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Poilievre, Lewis to be fined $50,000 each for not attending third official leadership debate


‘At the very beginning of these discussions, they were informed that this is an official debate and by extension, that their attendance is mandatory’

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The Conservative Party of Canada has confirmed that leadership candidates Pierre Poilievre and Leslyn Lewis will be fined $50,000 for refusing to attend a third official debate in Ottawa on Wednesday.

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“The rules of the race as set out by the Leadership Election Organizing Committee (LEOC) stipulate clearly that all officially designated debates are mandatory. There is an automatic fine provision laid out in the rules for anybody who chooses not to debate,” said Yaroslav Baran, the party’s spokesperson.

Rules adopted by LEOC stipulate that “failure to participate in a Party sanctioned debate shall result in an automatic $50,000 penalty” deducted from the $100,000 refundable compliance deposit requested as part of the candidates’ entry fee. Baran confirmed that would be the case.

“At the very beginning of these discussions, they were informed that this is an official debate and by extension, that their attendance is mandatory,” he added.

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Steve Outhouse, campaign manager for the Lewis campaign, said his team was “well aware of all potential scenarios” when discussing with party officials but said they had not been informed of a final decision related to Wednesday’s event. Poilievre’s team offered no comment.

Money, however, does not seem to be an issue these days for the leadership candidates.

The most recent fundraising numbers released by Elections Canada indicate that Poilievre raised more than $4 million in the second quarter alone, whereas Lewis gathered more than $700,000 in that same period according to the official statement.

And more money is on the way, since Poilievre and Lewis’ teams alleged that the party was behind in processing nearly $1.3 million and $600,000 of their donations, respectively.

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The party has already held two official debates with all candidates in May — one in English in Edmonton, Alberta, and one in French in Laval, Quebec — but reserved the right to hold a third and final debate during the summer.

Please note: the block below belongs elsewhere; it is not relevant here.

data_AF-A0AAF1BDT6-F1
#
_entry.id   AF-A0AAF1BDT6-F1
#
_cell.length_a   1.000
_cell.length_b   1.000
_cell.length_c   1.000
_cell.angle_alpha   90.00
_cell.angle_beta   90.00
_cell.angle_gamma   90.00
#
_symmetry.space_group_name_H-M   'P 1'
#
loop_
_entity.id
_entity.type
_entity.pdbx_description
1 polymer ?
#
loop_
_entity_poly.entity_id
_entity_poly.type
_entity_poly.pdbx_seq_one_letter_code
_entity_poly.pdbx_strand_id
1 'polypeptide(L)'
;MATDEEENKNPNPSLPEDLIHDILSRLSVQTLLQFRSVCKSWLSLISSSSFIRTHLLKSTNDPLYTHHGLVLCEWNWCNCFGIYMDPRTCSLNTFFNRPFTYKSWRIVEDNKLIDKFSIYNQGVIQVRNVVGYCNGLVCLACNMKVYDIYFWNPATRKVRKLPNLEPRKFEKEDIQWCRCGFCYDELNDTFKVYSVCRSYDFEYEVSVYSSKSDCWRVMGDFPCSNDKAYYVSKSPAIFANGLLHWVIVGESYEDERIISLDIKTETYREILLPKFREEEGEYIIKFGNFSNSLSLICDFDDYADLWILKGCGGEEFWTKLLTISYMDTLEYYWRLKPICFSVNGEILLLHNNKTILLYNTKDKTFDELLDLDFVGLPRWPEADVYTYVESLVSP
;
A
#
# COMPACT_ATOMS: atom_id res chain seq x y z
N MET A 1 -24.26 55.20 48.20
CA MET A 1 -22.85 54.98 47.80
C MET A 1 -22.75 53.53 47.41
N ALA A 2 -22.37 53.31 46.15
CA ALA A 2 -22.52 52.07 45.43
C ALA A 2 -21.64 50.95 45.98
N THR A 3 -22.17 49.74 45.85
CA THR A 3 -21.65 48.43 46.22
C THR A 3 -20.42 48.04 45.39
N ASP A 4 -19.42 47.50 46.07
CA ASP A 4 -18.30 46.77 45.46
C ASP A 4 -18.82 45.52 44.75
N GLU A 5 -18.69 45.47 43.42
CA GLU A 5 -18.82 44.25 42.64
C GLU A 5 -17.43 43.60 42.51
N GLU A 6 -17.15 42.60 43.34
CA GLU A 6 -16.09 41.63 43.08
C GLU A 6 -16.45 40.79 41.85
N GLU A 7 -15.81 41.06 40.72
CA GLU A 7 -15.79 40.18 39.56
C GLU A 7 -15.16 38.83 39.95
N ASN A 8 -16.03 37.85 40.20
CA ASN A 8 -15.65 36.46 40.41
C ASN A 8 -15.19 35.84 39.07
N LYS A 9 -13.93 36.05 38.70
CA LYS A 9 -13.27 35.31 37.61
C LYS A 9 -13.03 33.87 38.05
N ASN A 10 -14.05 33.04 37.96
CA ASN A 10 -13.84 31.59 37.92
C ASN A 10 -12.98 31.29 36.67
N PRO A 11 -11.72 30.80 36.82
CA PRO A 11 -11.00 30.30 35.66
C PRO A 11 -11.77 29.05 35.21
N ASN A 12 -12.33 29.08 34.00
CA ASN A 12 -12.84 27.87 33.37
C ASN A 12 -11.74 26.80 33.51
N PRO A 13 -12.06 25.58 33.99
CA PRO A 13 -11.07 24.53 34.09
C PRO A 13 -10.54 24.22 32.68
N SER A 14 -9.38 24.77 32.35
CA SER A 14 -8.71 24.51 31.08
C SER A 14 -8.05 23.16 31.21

The answer finally came near the end of July, after conducting a brief online poll with members.

Jenni Byrne, senior adviser of the Poilievre campaign, released a scathing letter criticizing the party’s decision to hold another debate “smack dab in the middle of the get out the vote period” and said the campaign’s main purpose was to get members to fill out their ballots.

“Pierre will be on the road again, without interruption, to help make that happen,” she wrote.

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As for Lewis, her campaign wrote in a letter that candidates were granted “only two weeks’ notice” to change their travel plans and cancel events with members, and criticized the party’s threat to fine them if they “didn’t cooperate with this sudden change of plans.”

Her team confirmed she would not be participating last week.

That leaves a debate with only three candidates — Jean Charest, Roman Baber and Scott Aitchison — for Wednesday night’s event. All three men will be in a studio, seated around a table and it will be “more of a conversational format” than an actual debate, described Baran.

The themes are expected to be around leadership, Indigenous peoples, transportation and climate change in the English segment, whereas the French segment is expected to focus on affordability, health care, rural Canada issues and the first 100 days of a new government.

Rob Batherson, the party’s president, will be moderating both segments in English and French. Each candidate will be asked the same question and given three minutes to respond.

It remains to be seen if candidates will focus on their respective platforms or if they will point out the elephant in the room — the fact that two of their colleagues are missing.

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